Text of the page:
Dallas Convention Center loading dock area
One of the loading docks for the Convention Center, as seen on the way up.
Dallas CBD Vertiport
A sign points the way to one of the last ramps up to the flight deck level.

Upon getting to the top, my first reaction was “Wow, this is much bigger than I thought!”

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The Vertiport flight deck, looking towards the southeast.

As a fixed-wing pilot, many of the helipad markings were relatively foreign to me. Rick explained that there are two landing spots up here, where rotorcraft coming in must land at. From there, they can then taxi into one of the five parking spots. With a dual-deck design, the CBD Vertiport is capable of handling three helicopters and two tiltrotor aircraft(like the Boeing V-22) at the same time.

Dallas CBD Vertiport
One of two landing spots. Methodist Hospital, visible in the far distance, also sees quite a bit of helicopter traffic. Together with the usual airplane traffic, this forms a pretty busy region of Dallas’ airspace.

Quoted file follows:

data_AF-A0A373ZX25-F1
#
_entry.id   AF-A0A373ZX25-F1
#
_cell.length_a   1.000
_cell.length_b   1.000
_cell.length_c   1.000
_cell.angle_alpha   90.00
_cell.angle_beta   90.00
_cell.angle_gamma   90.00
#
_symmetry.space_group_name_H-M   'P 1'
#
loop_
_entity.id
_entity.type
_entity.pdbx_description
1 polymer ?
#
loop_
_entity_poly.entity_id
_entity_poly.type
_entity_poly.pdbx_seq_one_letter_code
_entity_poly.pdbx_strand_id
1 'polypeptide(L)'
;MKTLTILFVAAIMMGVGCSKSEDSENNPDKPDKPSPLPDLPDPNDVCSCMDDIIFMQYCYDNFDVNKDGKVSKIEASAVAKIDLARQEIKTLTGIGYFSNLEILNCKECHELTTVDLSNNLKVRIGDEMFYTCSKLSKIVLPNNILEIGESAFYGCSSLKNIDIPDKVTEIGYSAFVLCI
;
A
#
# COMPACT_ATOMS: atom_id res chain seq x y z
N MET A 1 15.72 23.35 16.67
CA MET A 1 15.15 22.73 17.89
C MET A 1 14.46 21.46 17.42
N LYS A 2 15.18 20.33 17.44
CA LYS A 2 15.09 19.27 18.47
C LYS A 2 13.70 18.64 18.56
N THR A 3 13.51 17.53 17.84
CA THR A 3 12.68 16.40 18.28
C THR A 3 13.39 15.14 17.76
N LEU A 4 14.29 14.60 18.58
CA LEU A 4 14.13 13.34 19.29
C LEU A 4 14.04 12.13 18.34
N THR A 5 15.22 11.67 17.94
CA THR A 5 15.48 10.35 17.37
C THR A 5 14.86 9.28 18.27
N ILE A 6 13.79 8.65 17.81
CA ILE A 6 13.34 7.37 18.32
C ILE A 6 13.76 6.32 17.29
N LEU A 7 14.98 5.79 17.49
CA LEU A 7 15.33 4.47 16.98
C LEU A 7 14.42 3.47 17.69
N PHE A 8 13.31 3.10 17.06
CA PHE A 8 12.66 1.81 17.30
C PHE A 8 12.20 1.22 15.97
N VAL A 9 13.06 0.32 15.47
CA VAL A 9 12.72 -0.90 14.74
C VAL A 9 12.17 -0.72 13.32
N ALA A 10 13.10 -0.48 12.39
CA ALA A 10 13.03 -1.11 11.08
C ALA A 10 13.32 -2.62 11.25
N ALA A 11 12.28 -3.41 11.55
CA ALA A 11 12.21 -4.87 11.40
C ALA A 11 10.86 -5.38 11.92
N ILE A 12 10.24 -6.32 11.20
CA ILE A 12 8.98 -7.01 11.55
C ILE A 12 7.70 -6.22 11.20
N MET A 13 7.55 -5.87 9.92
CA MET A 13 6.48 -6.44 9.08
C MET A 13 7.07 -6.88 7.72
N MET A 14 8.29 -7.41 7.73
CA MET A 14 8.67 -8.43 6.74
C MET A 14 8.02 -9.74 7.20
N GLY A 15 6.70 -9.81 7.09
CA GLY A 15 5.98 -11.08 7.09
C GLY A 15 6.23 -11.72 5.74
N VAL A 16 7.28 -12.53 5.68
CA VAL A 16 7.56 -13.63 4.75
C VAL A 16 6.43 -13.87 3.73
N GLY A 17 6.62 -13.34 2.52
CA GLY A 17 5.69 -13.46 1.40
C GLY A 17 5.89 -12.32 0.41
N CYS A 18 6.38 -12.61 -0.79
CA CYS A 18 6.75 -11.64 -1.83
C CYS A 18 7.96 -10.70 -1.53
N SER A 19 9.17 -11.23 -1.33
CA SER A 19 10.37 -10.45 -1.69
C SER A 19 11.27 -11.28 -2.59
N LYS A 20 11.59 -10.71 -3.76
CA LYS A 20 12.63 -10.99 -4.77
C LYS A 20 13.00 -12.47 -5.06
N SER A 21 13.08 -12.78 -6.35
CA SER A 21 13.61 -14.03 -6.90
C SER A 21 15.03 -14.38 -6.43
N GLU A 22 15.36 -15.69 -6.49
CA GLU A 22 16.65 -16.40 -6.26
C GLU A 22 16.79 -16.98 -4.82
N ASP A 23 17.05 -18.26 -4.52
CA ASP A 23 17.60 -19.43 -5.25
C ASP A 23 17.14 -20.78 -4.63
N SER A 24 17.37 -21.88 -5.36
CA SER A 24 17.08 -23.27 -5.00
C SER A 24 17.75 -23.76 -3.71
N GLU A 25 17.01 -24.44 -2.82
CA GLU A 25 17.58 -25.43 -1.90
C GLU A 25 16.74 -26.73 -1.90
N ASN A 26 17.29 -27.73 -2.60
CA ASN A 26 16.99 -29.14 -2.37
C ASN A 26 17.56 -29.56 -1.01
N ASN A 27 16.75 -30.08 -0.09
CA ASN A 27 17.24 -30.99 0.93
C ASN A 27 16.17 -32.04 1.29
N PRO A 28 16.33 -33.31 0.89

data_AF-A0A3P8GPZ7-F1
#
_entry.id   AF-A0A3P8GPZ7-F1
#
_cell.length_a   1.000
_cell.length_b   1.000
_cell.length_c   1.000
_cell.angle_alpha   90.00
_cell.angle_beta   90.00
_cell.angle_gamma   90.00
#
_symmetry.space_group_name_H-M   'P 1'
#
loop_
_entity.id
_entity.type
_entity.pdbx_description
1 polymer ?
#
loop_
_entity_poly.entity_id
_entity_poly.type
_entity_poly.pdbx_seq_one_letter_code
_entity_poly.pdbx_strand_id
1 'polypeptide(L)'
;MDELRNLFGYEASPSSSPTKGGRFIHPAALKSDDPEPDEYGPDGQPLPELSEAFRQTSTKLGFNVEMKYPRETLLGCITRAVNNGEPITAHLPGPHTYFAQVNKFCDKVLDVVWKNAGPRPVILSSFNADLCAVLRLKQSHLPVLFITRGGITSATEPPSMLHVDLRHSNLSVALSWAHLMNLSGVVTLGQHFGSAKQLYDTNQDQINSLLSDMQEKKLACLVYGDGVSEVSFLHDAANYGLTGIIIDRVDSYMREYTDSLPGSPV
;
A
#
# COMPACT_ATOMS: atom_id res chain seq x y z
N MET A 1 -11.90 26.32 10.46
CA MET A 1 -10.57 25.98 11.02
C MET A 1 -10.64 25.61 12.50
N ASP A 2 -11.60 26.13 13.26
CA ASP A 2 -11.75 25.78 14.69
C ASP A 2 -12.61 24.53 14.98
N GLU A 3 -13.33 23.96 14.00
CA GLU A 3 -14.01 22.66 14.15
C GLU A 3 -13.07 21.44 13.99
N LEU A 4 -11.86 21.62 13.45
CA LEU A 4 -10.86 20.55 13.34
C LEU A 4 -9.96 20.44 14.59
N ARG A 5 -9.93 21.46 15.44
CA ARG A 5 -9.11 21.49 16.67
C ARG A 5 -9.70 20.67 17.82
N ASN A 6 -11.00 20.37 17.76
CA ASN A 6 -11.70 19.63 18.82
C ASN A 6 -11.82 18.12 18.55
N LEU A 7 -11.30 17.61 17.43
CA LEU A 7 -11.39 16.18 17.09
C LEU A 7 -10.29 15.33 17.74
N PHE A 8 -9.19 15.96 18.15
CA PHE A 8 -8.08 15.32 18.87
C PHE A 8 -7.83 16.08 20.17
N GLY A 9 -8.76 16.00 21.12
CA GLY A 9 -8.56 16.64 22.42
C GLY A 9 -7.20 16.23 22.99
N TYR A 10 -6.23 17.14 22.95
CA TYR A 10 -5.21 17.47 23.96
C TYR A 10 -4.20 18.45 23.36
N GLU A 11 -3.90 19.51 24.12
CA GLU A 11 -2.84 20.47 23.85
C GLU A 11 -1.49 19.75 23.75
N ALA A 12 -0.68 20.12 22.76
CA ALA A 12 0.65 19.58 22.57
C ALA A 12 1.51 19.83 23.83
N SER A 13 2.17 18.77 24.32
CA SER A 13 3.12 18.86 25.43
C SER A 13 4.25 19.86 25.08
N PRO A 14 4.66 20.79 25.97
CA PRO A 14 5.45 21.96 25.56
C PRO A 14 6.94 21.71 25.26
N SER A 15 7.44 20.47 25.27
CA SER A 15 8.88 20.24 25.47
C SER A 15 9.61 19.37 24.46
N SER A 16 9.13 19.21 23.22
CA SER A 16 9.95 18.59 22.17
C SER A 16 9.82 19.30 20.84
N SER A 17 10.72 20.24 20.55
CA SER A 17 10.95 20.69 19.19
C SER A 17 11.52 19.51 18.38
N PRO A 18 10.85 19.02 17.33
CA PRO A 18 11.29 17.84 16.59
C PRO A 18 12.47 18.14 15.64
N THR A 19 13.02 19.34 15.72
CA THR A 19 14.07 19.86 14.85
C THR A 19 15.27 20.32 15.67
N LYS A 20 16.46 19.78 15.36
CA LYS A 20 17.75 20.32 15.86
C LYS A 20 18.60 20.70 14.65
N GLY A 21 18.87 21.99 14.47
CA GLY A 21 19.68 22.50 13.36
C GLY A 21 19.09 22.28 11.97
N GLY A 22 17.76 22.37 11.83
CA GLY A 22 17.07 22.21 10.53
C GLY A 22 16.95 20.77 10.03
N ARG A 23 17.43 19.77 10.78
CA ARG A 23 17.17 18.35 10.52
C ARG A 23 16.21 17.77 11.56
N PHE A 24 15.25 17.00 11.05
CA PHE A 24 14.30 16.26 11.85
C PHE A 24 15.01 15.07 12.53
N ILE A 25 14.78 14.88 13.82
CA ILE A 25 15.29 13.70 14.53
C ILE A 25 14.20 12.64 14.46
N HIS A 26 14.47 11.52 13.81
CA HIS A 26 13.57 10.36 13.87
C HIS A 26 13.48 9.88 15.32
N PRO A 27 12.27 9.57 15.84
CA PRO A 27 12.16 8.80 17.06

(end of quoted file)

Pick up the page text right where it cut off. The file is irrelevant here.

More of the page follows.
Why are there numbers on the pavement? Rick said that those indicated the maximum weight that could be supported at that particular landing point. In contrast, numbers in front of a runway indicate the number of that runway, which also aligns to the magnetic compass heading.

Dallas CBD Vertiport
Numbers on the landing spots indicate the maximum weight supported.

Up here, there is also an amazing view of Downtown Dallas!

Dallas CBD Vertiport

Of course, I had to get my photo taken.

Next, Rick and I headed to see the terminal building. Rick mentioned that the Vertiport has been used in several movies and TV shows – and it certainly fits the bill for some interesting filming!

Dallas CBD Vertiport
The terminal/lobby.